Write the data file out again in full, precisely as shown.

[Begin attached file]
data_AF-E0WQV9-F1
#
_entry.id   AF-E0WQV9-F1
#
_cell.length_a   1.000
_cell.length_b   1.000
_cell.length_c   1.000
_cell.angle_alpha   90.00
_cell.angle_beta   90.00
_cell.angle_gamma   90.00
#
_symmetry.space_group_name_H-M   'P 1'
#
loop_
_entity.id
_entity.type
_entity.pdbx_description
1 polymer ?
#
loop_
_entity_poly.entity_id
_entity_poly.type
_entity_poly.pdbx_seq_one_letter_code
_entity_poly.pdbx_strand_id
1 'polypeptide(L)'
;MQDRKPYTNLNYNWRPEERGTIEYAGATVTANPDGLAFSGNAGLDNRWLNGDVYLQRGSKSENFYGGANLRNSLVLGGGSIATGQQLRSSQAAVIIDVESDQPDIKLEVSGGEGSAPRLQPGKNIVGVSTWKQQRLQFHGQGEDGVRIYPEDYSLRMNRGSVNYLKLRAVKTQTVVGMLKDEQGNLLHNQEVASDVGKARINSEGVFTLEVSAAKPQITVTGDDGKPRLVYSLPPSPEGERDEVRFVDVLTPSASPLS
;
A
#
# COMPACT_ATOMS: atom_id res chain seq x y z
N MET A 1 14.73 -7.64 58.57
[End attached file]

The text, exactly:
data_AF-E0WQV9-F1
#
_entry.id   AF-E0WQV9-F1
#
_cell.length_a   1.000
_cell.length_b   1.000
_cell.length_c   1.000
_cell.angle_alpha   90.00
_cell.angle_beta   90.00
_cell.angle_gamma   90.00
#
_symmetry.space_group_name_H-M   'P 1'
#
loop_
_entity.id
_entity.type
_entity.pdbx_description
1 polymer ?
#
loop_
_entity_poly.entity_id
_entity_poly.type
_entity_poly.pdbx_seq_one_letter_code
_entity_poly.pdbx_strand_id
1 'polypeptide(L)'
;MQDRKPYTNLNYNWRPEERGTIEYAGATVTANPDGLAFSGNAGLDNRWLNGDVYLQRGSKSENFYGGANLRNSLVLGGGSIATGQQLRSSQAAVIIDVESDQPDIKLEVSGGEGSAPRLQPGKNIVGVSTWKQQRLQFHGQGEDGVRIYPEDYSLRMNRGSVNYLKLRAVKTQTVVGMLKDEQGNLLHNQEVASDVGKARINSEGVFTLEVSAAKPQITVTGDDGKPRLVYSLPPSPEGERDEVRFVDVLTPSASPLS
;
A
#
# COMPACT_ATOMS: atom_id res chain seq x y z
N MET A 1 14.73 -7.64 58.57